Arms smuggling suspect Cenon Rey Avelino is a money-hungry lawbreaker who knew he was committing crimes when he sold two Vietnam War-era combat jets to undercover agents last year, a prosecutor told a federal court jury today.
Assistant U.S. Attorney Roger Williams attacked Avelino's claim that he was entrapped by a government sting operation as final arguments began in the Peace Bridge smuggling case.
Avelino, 41, of Rexdale, Ont., is accused of breaking U.S. "trading with the enemy" laws by selling a Florida businessman two combat jets Avelino obtained from the government of Vietnam. He is also charged with violating customs laws and filing false statements at the Peace Bridge, where he was arrested in November 1989.
Williams said Avelino had one motive -- "to line his own pockets" with cash.
"It wasn't a matter of the government calling the defendant. It was a matter of the defendant calling the government," Williams said. "Mr. Avelino was anxious to get this deal through. . . . He'll trade anything. That's his business."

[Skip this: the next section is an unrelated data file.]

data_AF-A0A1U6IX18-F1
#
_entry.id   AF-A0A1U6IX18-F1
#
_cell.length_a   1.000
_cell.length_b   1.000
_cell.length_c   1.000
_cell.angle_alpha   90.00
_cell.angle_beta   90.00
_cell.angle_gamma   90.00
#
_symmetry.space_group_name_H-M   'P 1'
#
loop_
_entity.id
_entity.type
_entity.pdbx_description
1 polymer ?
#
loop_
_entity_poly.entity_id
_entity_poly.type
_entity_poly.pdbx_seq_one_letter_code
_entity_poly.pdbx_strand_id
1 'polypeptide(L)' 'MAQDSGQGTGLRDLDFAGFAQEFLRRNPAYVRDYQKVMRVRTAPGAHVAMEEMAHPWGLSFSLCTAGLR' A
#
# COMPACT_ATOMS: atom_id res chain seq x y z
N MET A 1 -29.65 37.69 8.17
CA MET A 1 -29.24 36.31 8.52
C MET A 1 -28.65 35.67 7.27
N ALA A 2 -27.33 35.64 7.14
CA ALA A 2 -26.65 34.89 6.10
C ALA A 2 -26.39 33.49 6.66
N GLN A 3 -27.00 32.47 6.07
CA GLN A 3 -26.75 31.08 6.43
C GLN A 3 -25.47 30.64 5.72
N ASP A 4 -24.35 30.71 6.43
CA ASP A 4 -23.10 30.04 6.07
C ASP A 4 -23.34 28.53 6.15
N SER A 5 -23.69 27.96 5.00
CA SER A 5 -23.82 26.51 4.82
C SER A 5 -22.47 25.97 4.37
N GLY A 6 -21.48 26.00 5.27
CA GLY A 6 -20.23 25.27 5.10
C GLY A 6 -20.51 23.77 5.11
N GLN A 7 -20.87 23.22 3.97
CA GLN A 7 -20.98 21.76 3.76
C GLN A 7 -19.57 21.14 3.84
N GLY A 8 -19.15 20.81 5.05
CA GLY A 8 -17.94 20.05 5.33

Defense lawyer James Harrington was to give Avelino's side of the story this afternoon before the jury and U.S. District Judge John T. Elfvin. Avelino claims government agents prodded him into delivering the combat jets from Toronto, through Buffalo, to Jacksonville, Fla.
Jurors are expected to begin deliberations late this afternoon, Elfvin said.
There's no doubt that the agents, playing the roles of arms buyers, told lies to Avelino, Williams said.
But Avelino would not have bought into the scheme if he wasn't trying to make money, the prosecutor said.
And it was Avelino who first offered the planes to Roy Stafford, a Florida aviation buff who acted as a government informant in the investigation, Williams said.
Avelino made false statements about his planes to shippers and customs officials because he knew it was illegal to sell in the United States aircraft obtained from the Vietnam government, Williams said.